Turkey Seals Biggest Budget ‘Black Hole’ in U-Turn on Hospitals
(Bloomberg) -- The Turkish government has decided to end a costly public-private partnership system used to build massive city hospitals, decried by the opposition as the “biggest black hole” for the budget in the country’s modern history.
Speaking in Ankara on Thursday, Health Minister Fahrettin Koca said new city hospitals will be constructed through regular government tenders, using the general budget when authorities have the means to do so. “Do I have to implement the PPP model every time?” he asked.
Besides an opposition backlash, the strain of fiscal deficits is behind the U-turn. Turkey’s 2019 budget has allocated 5.2 billion liras ($900 million) for the hospitals, a figure that will almost double next year, with four new hospitals scheduled to start operations.
But with the economy sputtering after recession, it’s the burden in the years ahead that’s raised the alarm.
According to projections by the main opposition Republican People’s Party, or CHP, the budgetary burden of 30 city hospitals -- both those already operational and planned -- will surpass $142 billion over the next 25 years. The government will have to pay $5.7 billion every year to private contractors, CHP said in a statement.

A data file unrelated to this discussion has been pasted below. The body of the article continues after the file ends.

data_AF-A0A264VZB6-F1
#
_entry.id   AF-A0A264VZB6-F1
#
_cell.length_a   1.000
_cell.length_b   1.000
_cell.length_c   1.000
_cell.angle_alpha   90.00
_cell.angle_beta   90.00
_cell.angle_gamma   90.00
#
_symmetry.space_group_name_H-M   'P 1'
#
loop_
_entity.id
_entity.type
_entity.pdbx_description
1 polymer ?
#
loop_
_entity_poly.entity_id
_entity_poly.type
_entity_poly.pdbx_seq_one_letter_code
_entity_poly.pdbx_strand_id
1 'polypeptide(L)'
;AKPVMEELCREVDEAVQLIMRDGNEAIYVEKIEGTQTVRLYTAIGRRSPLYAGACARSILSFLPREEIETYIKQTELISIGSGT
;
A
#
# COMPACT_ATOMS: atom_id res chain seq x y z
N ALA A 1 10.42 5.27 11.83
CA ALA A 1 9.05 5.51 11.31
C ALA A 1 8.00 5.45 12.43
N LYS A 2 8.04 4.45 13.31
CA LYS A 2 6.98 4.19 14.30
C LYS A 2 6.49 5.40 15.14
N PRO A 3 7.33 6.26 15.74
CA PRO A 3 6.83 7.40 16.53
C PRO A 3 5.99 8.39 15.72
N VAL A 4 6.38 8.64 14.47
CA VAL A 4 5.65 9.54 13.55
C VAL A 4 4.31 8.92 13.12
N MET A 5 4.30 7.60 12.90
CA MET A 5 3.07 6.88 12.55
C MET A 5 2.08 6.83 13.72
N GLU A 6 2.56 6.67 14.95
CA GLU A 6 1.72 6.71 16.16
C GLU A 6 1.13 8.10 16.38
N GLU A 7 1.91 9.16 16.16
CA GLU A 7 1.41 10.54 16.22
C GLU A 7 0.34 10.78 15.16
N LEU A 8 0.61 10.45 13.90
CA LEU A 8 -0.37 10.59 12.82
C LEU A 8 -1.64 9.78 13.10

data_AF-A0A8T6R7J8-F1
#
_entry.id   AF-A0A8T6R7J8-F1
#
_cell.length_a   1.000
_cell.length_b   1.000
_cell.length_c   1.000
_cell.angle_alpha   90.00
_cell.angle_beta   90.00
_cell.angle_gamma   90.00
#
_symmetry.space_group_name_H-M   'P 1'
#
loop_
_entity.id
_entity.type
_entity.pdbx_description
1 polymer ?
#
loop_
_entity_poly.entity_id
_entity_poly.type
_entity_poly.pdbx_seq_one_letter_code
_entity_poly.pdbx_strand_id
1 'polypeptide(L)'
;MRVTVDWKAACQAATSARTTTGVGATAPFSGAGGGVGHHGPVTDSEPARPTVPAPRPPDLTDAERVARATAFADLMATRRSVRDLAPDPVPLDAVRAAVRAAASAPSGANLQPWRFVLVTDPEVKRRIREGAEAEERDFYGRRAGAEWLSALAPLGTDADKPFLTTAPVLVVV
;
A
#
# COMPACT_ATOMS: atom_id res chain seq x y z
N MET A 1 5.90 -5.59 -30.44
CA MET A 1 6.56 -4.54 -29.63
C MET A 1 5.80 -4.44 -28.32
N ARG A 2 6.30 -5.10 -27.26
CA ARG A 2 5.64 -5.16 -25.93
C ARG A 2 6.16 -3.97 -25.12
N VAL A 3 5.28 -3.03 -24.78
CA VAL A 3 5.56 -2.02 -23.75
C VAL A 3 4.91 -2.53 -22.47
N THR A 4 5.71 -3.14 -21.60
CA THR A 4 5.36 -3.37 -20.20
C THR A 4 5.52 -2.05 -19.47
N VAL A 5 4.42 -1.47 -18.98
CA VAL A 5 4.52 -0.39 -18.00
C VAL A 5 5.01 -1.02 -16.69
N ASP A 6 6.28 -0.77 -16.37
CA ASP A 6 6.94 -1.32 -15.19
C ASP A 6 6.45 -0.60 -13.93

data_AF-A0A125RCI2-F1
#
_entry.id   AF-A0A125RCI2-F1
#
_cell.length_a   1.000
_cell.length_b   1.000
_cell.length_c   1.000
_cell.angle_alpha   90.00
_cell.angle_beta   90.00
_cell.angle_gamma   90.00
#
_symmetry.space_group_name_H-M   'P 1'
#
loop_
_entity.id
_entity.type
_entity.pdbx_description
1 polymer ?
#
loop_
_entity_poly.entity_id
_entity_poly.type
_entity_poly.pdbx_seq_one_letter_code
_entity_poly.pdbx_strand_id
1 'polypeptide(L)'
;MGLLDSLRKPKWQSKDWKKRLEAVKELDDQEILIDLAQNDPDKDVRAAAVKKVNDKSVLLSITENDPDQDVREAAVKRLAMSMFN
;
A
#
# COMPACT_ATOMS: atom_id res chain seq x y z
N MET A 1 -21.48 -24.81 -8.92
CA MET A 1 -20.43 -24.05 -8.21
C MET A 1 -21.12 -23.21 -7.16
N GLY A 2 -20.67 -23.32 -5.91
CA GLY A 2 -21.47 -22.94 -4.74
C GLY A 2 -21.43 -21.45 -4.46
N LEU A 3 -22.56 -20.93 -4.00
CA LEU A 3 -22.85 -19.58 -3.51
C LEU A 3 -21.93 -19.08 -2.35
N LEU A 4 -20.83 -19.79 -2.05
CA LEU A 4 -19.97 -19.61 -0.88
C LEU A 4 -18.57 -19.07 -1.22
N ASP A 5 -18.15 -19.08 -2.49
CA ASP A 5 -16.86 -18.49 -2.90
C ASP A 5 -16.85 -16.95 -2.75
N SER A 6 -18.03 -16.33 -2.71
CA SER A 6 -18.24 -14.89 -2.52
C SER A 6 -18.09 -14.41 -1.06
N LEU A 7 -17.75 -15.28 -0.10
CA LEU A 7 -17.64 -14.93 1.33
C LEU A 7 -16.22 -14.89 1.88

President Recep Tayyip Erdogan defended the hospital projects. “Some say city hospitals make losses. If these hospitals make losses by serving people, then let them lose money,” Erdogan said in a speech on Saturday.
Turkey’s central government budget ran a deficit of 100.7 billion liras in the first 10 months of the year, according to data published Friday. That’s up 62% from the same period in 2018. The shortfall is seen at 2.9% of gross domestic product this year and next, according to government projections.
Read more: Turkey Budget Sinks Into Deficit Again Without Central Bank Cash
Currently 10 city hospitals are in operation, with a total bed capacity of 13,417, according to Health Ministry data. Nine new city hospitals will be launched under the PPP model until 2021, while 10 others will be built through government tender.
The abandonment of the PPP model is a welcome development, Ugur Emek, an economist at Baskent University in Ankara, said by phone. Otherwise 60% of the Health Ministry’s budget would’ve been allocated to fund the costs of city hospitals, he said.
“That effectively would have meant freezing up the health budget,” Emek said.
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